Ask the Doctor: The Cost of Medical Care
With soaring medical costs and uncertain health insurance coverage, many parents now face a dilemma: How do you make sure your child receives the best possible health care while keeping medicals costs down and avoiding financial difficulties?
It’s important to talk to your doctor about these concerns to ensure that you don’t try and save money by skipping vital care and medications that could seriously compromise your child’s health and cost you a lot more in the long run.
Bay Area Parent asked Ross DeHovitz, a pediatrician with the Palo Alto Medical Foundation, some specific questions on this issue.
Q: Some medications are so expensive. Is it OK to talk to my doctor about cheaper alternatives for my children when they are sick?
A: You should always feel comfortable talking to your doctor about the costs of any treatment or medications that he or she recommends for your family. Your doctor can then help determine the most effective treatment option for your child, while keeping the cost down.
For example, your doctor may be able to recommend a generic prescription or over-the-counter medication as an alternative to a more expensive brand-name drug. Rest assured that all generic medications, just like brand-name drugs, must be approved by the U.S. Food and Drug Administration (FDA) and are as safe and effective as their brand-name counterparts.
Check with your health insurance so you know what medications are covered under your particular plan and if your co-pay will be less if you opt for a generic medication.
Q: I’ve just lost my health insurance and my baby is due for some of her vaccinations. Can I skip them and wait till I have health insurance again?
A: It’s important not to skip or defer any of your baby’s vaccinations to protect her against dangerous and life-threatening diseases. Although we often think of diseases such as tetanus, polio and measles as a thing of the past, these serious illnesses are still very much out there.
To protect everybody effectively against an outbreak of such a disease, at least 90 percent of the population needs to be vaccinated. (Some people cannot get vaccinated due to health issues such as cancer and some don’t respond to the vaccine; so it’s important to get vaccinated unless your doctor recommends otherwise.)
Don’t be tempted to defer any immunizations to a later date as there are good reasons behind the timing of the Center for Disease Control’s (CDC) vaccination schedule that your doctor follows. The recommended vaccination schedule takes into account when a baby or child is most at risk for contracting certain diseases and at what age vaccines are most effective.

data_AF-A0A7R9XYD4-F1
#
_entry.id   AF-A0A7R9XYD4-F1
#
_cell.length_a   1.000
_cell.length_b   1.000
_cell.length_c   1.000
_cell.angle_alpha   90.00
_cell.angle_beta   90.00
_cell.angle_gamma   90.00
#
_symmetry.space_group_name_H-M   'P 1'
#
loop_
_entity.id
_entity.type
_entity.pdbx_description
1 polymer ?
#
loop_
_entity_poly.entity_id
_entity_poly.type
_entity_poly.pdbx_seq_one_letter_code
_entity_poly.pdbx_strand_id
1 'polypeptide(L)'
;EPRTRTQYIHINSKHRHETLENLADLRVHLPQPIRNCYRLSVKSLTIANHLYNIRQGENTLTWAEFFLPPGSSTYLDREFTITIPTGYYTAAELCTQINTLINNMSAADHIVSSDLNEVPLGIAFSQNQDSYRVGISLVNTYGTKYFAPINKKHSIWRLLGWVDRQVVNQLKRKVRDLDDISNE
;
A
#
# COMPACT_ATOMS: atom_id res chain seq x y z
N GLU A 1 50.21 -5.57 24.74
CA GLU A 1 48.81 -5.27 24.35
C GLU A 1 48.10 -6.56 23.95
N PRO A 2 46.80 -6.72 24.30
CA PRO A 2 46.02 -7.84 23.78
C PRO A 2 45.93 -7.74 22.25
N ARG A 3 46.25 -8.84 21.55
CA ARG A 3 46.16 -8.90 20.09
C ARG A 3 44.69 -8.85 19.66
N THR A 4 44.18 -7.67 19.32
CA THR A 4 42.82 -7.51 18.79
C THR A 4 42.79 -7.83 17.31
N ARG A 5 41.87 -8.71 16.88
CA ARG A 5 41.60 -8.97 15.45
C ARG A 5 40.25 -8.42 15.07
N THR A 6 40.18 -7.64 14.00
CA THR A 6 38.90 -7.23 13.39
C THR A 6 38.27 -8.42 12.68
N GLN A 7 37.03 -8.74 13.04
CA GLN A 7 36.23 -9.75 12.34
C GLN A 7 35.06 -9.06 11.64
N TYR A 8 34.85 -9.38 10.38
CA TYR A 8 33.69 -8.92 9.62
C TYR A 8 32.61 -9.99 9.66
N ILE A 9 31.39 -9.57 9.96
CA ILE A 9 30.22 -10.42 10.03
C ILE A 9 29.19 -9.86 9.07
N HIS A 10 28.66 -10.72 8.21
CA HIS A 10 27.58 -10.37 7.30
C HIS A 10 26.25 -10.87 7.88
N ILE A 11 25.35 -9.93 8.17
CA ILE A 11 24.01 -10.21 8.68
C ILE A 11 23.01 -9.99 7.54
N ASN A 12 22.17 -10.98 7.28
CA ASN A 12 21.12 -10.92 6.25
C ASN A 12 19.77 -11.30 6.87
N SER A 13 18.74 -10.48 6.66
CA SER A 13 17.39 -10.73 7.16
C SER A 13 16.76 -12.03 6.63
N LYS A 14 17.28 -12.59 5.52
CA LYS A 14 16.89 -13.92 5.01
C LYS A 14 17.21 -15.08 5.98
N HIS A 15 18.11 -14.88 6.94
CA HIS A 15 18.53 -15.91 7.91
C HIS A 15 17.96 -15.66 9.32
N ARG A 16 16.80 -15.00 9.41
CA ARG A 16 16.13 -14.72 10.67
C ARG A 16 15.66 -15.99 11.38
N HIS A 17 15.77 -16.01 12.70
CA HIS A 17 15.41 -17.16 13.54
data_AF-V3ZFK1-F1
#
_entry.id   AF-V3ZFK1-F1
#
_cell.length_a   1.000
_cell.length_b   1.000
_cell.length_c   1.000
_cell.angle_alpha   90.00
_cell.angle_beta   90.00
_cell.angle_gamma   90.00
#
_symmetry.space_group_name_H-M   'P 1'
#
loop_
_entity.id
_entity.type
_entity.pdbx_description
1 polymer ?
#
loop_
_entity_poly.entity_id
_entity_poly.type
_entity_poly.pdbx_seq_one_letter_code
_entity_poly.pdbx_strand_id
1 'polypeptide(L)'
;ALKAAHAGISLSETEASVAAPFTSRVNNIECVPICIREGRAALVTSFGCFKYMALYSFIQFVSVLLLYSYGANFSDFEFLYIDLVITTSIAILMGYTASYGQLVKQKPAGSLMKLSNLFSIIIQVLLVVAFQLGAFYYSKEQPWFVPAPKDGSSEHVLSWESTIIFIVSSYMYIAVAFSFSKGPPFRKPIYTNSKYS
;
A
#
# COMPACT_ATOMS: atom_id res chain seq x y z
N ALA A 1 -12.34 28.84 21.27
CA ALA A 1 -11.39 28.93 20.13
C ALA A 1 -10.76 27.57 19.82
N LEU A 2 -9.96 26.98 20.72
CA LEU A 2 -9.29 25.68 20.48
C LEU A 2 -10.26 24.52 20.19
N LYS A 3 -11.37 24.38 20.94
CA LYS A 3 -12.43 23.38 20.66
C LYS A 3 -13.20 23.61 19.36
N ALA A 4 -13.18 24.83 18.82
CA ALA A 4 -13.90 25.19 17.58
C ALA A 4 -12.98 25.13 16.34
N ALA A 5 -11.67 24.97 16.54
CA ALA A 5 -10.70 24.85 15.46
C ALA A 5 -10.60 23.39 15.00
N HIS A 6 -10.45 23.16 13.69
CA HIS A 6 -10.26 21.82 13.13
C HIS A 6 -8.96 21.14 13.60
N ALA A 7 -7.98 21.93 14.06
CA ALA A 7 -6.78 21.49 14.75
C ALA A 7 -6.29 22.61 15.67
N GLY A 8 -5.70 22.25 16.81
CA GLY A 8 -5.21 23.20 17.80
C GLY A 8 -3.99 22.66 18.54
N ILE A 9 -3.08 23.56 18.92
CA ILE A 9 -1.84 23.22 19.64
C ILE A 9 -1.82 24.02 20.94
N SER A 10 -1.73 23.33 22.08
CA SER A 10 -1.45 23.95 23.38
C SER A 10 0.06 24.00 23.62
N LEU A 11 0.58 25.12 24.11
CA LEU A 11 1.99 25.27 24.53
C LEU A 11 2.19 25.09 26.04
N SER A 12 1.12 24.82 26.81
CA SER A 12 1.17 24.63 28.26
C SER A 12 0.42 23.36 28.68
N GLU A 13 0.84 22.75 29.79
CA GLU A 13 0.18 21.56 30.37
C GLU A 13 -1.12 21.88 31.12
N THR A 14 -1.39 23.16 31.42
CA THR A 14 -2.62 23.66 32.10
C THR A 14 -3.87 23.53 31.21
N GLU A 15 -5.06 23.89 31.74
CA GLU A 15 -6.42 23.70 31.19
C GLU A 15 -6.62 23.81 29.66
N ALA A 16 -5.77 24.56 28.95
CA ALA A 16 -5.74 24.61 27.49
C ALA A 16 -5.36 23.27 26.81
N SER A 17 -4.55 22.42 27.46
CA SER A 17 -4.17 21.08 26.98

Ask your doctor or check with your county to find local community health clinics that provide immunizations and health care at no cost for uninsured patients.
Q: We have health insurance for our family, but no dental insurance; do I really need to take my kids for regular dental check-ups?
A: Remember that your child won’t be able to do well at school or enjoy playing with his or her friends if he or she is suffering from a toothache. Taking your child to the dentist regularly will help make sure your child’s teeth stay healthy and don’t develop cavities that require painful and expensive procedures such as fillings, crowns and root canals.
As part of a regular dental check-up, the dentist or hygienist also teaches your child to brush and floss their teeth correctly and develop life-long good hygiene habits for healthy, cavity-free teeth. Check with your county for local community dental clinics and programs for uninsured patients.
Q: My 6-year-old son has asthma and his doctor has prescribed regular medication. He seems healthy right now. Can I reduce the treatments to keep the medication costs down?
A: The best possible way to make sure your son stays healthy and keep your health care costs down is to carefully follow the care and medication routine prescribed by your doctor. In addition, regular check-ups will ensure that illnesses, such as coughs, do not go on too long and cause lung damage later in life. If your son’s asthma gets out of control, he’ll need more medication and may need to go to the emergency room, which is very frightening for your son and also costs a lot more than routine care.
Q: My 12-year-old daughter has been picked for the school soccer team and the school requires a signed physical form from her doctor. She’s healthy, so do I really need to take her to the doctor for a physical exam? I’m trying to keep our family’s medical expenses down.
A: Don’t be tempted to skip your daughter’s annual physical exam, as this is an important and regular opportunity for your doctor to make sure her vaccinations are up to date and to talk to your child about important health issues such as her diet, exercise and sleep. As your child gets older, this can also be an opportunity for your doctor to discuss difficult topics, such as the risks of alcohol and drug experimentation.
Remember that regular check-ups will both encourage your daughter to develop a trusting relationship with her doctor and help her develop healthy life-style habits that could lower your health care costs.
Ross E. DeHovitz, M.D., is a board-certified pediatrician at the Palo Alto Medical Foundation’s Palo Alto Center. Advice is not intended to take the place of an exam or diagnosis by a physician.
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